OBJECTION: My building is backed up by a generator.
RESPONSE: Generators produce dirty power, especially during start-up, and can prevent systems that require a clean signal from operating properly. Another consideration is that many building generators only support emergency lighting and fire alarm systems. In addition, a generator can be a single point of failure. A better solution is to use a generator along with a UPS, so the single point of failure is eliminated.
OBJECTION: I currently use surge strips, so I’m protected.
RESPONSE: Surges and spikes represent only 7 percent of power problems and they provide NO protection during brownouts and blackouts. On the other hand, a UPS provides total protection from all power anomalies and is recommended for all critical devices.
OBJECTION: It’ll never happen to me.
RESPONSE: According to J.D. Power, the average business has 28 potentially damaging power issues per year. Everyone has experienced blackouts and brownouts, and history tells us they will happen again. No business is immune from power problems.
OBJECTION: We have not budgeted for it.
RESPONSE: The need for power protection must be addressed as a key part of any installation and the dealer should make power protection standard in any quote. According to the U.S. Department of Energy, when a power failure happens 33 percent of companies lose $20,000-$500,000; 20 percent lose $500,000 to $2 million; and 15 percent lose more than $2 million. Simply put, the cost of power protection is far less than one damaging power event.
What Type of Protection Is Best?
Surge suppressors are a must for all noncritical peripheral equipment since frequent surges and spikes are a problem for much of the U.S. Even small up-ticks in voltage can tremendously shorten the life of electronic equipment, and larger events can lead to catastrophic failure without proper protection.
The important points to consider when purchasing surge products are straightforward. Look for a trusted name, UL certification, the highest joule rating for the budget and a solid connected equipment warranty.
For more critical security system components, the backup power of a UPS is the most cost-effective answer, and there are three types to choose from:
Standby, or offline, UPSs — These devices represent the lowest cost option. They feature surge protection and backup power by way of fairly simple circuitry, and simply pass utility power through until a power problem occurs. When a problem does occur, they switch to the battery to supply clean power.
Line interactive UPSs — These represent the ‘better’ option. The most notable difference of these models is automatic voltage regulation (AVR), which will boost power when voltage dips (brownout), and ‘buck’ power when a surge occurs. This type of UPS also conditions the power, removing electronic ‘noise’ that can shorten the life of equipment and cause application errors, and even loss of data. AVR-equipped units also offer longer battery life as the batteries are only accessed when power loss occurs.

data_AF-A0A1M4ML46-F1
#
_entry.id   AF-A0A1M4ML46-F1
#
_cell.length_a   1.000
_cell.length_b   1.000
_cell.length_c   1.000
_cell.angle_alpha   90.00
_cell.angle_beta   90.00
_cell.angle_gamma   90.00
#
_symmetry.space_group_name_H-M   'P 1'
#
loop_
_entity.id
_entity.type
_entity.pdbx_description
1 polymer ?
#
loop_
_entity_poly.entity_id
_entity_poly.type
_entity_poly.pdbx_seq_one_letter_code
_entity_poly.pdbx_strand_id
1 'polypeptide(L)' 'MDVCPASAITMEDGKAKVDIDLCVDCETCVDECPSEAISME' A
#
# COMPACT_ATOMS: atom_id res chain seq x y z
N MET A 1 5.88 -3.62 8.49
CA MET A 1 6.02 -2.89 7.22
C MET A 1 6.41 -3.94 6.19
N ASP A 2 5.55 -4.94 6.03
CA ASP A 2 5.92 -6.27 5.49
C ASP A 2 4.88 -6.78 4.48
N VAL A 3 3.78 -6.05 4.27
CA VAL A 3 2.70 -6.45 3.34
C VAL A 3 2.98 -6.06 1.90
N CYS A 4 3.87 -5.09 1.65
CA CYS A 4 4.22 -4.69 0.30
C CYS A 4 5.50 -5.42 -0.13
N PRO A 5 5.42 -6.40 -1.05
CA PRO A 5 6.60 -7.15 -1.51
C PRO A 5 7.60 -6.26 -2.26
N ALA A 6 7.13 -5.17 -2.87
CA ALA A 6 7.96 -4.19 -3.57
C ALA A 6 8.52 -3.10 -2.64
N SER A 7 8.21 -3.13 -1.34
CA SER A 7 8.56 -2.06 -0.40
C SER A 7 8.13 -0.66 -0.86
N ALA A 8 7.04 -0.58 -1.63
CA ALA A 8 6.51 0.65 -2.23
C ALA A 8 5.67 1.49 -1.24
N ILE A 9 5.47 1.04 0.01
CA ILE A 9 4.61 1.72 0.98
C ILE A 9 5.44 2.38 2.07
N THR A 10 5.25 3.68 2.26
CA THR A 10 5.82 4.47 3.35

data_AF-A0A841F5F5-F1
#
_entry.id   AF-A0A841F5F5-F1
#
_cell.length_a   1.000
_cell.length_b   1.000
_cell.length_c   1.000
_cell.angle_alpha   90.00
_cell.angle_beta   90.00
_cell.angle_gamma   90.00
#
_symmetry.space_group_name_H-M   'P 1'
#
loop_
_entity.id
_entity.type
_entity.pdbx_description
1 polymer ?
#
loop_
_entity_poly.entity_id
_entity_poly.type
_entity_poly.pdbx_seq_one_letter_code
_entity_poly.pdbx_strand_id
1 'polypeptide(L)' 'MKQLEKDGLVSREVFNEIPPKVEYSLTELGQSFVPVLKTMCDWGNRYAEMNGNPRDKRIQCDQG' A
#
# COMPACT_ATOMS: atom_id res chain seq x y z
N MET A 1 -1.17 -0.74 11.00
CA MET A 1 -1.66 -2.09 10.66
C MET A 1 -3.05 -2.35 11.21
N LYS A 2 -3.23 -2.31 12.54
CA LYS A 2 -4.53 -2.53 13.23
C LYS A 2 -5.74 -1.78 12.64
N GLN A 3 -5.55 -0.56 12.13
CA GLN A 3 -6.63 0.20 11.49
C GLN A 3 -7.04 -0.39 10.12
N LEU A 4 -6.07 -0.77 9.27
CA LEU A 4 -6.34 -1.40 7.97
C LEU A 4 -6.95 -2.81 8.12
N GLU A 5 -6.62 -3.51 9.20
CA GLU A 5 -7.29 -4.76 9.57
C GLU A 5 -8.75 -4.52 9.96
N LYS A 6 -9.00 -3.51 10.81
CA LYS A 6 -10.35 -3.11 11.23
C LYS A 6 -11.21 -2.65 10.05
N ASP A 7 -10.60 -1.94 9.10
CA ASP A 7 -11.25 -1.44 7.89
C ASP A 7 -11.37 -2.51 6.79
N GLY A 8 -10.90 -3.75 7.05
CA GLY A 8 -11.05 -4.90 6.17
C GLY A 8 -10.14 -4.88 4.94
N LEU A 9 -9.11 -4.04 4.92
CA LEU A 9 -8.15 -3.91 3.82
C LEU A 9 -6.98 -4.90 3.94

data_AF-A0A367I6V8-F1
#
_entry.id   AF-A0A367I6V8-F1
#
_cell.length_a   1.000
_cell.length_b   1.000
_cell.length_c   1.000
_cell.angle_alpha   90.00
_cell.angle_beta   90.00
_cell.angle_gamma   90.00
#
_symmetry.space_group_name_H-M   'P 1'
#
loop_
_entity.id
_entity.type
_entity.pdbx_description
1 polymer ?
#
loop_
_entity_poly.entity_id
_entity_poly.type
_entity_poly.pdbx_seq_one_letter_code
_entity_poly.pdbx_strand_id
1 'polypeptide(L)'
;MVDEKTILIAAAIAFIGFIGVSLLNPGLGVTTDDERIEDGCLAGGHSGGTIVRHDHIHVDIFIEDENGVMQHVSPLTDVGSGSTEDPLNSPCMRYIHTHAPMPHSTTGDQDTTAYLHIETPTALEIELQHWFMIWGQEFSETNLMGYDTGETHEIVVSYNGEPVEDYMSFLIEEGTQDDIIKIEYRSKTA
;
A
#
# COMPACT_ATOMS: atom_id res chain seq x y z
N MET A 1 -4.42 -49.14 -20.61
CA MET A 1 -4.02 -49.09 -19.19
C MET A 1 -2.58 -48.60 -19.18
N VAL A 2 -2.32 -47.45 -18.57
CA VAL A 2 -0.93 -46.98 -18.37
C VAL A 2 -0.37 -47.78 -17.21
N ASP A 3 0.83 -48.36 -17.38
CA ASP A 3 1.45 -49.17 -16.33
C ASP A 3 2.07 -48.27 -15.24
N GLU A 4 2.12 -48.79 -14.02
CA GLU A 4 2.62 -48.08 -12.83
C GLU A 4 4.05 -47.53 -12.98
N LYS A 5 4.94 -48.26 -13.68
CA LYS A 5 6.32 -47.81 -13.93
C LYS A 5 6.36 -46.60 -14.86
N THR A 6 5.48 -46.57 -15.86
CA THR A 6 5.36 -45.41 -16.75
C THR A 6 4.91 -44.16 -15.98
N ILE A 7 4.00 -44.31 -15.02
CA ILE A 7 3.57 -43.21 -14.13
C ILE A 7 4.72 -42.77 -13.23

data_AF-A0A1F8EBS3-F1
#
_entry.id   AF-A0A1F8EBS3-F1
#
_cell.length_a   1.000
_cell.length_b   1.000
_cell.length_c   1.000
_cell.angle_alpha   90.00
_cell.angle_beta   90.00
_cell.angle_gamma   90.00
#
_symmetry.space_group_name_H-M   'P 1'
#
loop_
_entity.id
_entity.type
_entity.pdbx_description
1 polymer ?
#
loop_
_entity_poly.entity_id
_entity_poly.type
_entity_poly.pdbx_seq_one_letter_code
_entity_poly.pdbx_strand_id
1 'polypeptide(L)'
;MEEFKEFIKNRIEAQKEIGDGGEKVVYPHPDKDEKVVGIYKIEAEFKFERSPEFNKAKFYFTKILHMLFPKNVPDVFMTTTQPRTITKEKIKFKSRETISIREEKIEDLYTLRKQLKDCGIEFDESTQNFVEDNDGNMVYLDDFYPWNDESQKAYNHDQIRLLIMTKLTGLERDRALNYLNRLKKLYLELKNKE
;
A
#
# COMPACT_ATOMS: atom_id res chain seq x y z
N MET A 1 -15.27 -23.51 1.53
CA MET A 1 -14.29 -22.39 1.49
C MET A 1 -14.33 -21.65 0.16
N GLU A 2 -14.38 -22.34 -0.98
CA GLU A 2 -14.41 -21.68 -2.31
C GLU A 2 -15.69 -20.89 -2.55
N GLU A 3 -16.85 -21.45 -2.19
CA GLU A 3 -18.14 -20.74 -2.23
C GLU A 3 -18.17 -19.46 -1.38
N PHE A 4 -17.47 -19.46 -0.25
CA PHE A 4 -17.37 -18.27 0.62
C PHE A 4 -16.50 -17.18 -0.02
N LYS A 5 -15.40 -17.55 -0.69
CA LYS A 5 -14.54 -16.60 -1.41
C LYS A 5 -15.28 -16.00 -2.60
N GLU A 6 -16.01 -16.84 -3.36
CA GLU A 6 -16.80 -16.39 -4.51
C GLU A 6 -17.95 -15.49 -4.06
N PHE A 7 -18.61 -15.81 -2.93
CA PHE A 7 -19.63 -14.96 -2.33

True online UPSs — This final and ‘best’ solution provides the highest quality power protection through double-conversion of utility power. Incoming AC utility power is converted to DC power, and simultaneously conditioned to eliminate noise and other problems. It is then converted back to AC power before exiting the UPS, and provides true uninterrupted power with no battery transfer time when an outage occurs.
Selecting the Right Solution
Just like anything else in this world, you get what you pay for in terms of power protection. Determining the proper UPS solution depends mostly on how mission critical the attached devices are to the overall security system.
Getting the right solution is vital. While selecting the proper UPS type is important, proper sizing of the unit is also essential. Sizes are given in both volt amps and watts, which measure the unit’s capacity and determine the amount of runtime the system will provide for a given amount of electrical load.
Most manufacturers provide guides on their Web sites to make the selection process simple for dealers. One such site is www.sizemyups.com where a wide variety of security equipment is listed for easy sizing and system configuration.
An interesting trend for businesses is the need for longer battery backup times. A Frost and Sullivan survey of SMB IT managers shows 75 percent say they would like at least one hour of battery backup time for their security system. A total of 55 percent want at least two hours; 44 percent four hours.
Extended runtime UPSs offer the option of adding additional battery packs to get much longer backup time. These external battery packs can be daisy-chained to obtain several hours of runtime if this is a customer requirement. There is a definite trend in the security market for dealers to offer this long runtime option, and perhaps surprisingly long runtimes can be achieved at a cost-effective price.
This is another option dealers should consider when putting together a protection plan.
Bill Allen is Director of Marketing for Carrollton, Texas-based Para Systems Inc../Minuteman Power Technologies.
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